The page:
Jazz Fusion

As with many jazz genres, jazz fusion labours under a number of labels, and has spawned a few sub-genres of its own: these include ’fusion’, 'progressive jazz', 'jazz rock' and 'jazz funk'. Its genesis lies in the perennial willingness of jazz musicians to explore other genres, forms and styles. With the advent of pop music in the 60’s, and in particular the use of amplified electronic instruments — electric guitars, electric basses and keyboards such as the Fender Rhodes piano — a whole new sound works was available to jazz musicians.

Not only that, but the radical change in rhythmic emphasis, from swing — with its emphasis on beats 2 and 4 — to the more 'four-square' rhythms of rock and funk, where beats shared more equal emphasis, opened up a world of possibilities.

When Miles Davis morphed yet again from one style to another in the form of the 1969 album 'Bitches Brew' he had a line-up that included electric instruments — guitar, bass, keyboards — and a team of sidemen who were going to make their own waves. Wayne Shorter (soprano sax), Joe Zawinul (electric piano),  Chick Corea (electric piano), Harvey Brooks (electric bass) and John McLaughlin (electric guitar). Miles put a microphone on his trumpet and played through electronic effects and pedals, rather like an electric guitar.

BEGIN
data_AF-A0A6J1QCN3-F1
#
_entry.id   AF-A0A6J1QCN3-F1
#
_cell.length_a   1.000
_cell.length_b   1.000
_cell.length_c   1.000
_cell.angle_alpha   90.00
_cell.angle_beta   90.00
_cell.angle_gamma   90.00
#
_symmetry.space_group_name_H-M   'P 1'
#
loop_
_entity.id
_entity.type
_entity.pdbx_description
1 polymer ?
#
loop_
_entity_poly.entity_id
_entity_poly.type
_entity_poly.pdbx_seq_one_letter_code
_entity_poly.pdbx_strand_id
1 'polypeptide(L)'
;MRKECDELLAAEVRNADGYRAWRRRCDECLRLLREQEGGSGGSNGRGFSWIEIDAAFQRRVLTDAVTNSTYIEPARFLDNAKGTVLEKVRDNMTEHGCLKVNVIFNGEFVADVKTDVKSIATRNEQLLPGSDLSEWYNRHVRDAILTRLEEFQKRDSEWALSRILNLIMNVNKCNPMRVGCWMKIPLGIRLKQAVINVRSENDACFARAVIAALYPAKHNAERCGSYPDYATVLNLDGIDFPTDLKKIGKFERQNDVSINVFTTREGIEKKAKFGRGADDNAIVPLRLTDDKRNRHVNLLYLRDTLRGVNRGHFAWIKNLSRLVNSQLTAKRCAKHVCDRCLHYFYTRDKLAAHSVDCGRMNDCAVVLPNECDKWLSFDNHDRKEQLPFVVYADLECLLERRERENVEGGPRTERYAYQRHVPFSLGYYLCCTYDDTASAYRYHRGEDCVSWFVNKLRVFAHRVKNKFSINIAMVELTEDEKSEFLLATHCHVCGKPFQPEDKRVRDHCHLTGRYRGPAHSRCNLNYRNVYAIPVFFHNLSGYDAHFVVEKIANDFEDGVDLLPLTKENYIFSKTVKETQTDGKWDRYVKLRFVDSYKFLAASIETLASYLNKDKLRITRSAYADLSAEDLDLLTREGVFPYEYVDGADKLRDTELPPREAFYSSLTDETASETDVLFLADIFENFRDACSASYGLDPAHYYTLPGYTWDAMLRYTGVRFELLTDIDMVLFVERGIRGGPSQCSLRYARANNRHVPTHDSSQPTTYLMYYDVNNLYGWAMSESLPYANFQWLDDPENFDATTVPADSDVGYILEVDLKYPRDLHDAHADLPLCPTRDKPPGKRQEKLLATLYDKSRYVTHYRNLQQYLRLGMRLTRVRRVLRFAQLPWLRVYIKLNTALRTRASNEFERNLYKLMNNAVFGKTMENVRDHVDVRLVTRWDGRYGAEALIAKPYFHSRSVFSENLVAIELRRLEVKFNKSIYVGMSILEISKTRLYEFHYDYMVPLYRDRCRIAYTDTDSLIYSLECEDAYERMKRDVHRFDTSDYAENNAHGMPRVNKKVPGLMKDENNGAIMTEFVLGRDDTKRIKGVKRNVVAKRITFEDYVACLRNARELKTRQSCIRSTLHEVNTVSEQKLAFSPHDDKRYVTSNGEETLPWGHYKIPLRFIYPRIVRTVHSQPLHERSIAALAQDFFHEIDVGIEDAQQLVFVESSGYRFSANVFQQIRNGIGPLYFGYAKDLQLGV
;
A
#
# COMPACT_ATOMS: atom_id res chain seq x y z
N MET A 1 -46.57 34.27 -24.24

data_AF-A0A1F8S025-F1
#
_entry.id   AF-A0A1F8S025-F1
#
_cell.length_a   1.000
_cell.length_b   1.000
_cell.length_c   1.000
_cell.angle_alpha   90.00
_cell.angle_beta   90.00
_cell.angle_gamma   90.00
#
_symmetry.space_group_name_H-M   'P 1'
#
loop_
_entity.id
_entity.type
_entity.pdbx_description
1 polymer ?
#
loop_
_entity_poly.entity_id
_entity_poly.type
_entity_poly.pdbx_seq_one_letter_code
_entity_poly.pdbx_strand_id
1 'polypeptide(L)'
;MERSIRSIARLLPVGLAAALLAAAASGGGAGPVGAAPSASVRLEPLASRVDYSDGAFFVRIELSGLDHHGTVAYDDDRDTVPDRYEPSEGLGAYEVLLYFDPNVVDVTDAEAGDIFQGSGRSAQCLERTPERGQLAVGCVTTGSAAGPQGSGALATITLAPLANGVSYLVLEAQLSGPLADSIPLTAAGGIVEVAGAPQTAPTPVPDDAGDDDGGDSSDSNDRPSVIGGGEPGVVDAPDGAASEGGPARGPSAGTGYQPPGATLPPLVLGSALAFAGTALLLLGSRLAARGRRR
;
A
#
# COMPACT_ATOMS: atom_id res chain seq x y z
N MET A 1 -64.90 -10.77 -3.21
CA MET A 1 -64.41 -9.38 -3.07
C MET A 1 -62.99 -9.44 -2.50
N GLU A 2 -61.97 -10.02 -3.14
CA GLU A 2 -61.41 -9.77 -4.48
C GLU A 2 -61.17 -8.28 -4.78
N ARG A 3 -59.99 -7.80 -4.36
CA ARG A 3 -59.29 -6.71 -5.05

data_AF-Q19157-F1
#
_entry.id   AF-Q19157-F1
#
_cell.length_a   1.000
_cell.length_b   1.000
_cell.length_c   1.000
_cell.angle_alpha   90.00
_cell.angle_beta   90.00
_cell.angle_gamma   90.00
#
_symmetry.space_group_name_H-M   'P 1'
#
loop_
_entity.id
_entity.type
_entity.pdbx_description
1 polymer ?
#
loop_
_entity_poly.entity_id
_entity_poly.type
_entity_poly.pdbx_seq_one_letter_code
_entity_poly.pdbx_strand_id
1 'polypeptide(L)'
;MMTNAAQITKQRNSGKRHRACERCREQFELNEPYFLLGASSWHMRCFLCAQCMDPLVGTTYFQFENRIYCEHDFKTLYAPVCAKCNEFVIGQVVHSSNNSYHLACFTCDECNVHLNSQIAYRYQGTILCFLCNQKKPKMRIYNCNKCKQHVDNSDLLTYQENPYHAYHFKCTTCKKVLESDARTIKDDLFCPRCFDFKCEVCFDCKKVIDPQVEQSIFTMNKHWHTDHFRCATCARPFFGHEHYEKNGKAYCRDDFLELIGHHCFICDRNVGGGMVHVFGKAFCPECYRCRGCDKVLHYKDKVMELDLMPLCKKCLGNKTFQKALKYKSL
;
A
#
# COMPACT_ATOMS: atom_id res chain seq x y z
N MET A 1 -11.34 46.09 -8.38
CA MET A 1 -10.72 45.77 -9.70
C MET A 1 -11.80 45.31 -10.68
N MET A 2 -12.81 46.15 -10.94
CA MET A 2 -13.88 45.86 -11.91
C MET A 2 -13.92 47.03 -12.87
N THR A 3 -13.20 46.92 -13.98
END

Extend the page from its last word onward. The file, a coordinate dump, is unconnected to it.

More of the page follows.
These sidemen branched out to form their own important groups: McLaughlin formed the 'Mahavishnu Orchestra' with Billy Cobham and Jan Hammer; Chick Corea formed 'Return to Forever' with guitarist Al DiMeola and bassist Stanley Clarke; Joe Zawinul was a founder member of 'Weather Report', along with bass virtuoso Miroslav Vitouš, later to be replaced by the even more prodigiously talented Jaco Pastorius. Meanwhile pianist Herbie Hancock was cooking up his own jazz fusion with iconic albums like 'Headhunters (1973) and 'Feets, Don’t Fail Me Now'. 

In the 70s bands like the Crusaders and Spyrogyra — with their commercial mix of jazz and pop styles, carried the torch for fusion jazz. Later still came the Brecker Brothers and Pat Metheny and Lyle Mays.

Another offshoot of fusion appeared in the form of Jazz Rock, with bands like Colosseum, Blood, Sweat & Tears, Nucleus, Brand X and Frank Zappa’s 'Mothers of Invention' and, more recently, Snarky Puppy.

Key Artists

Miles Davis

Chick Corea

Herbie Hancock

John McLaughlin

Wayne Shorter

Joe Zawinul

Stanley Clarke

Billy Cobham

Joe Sample

Wilton Felder

Randy Brecker

Michael Brecker

Pat Metheny

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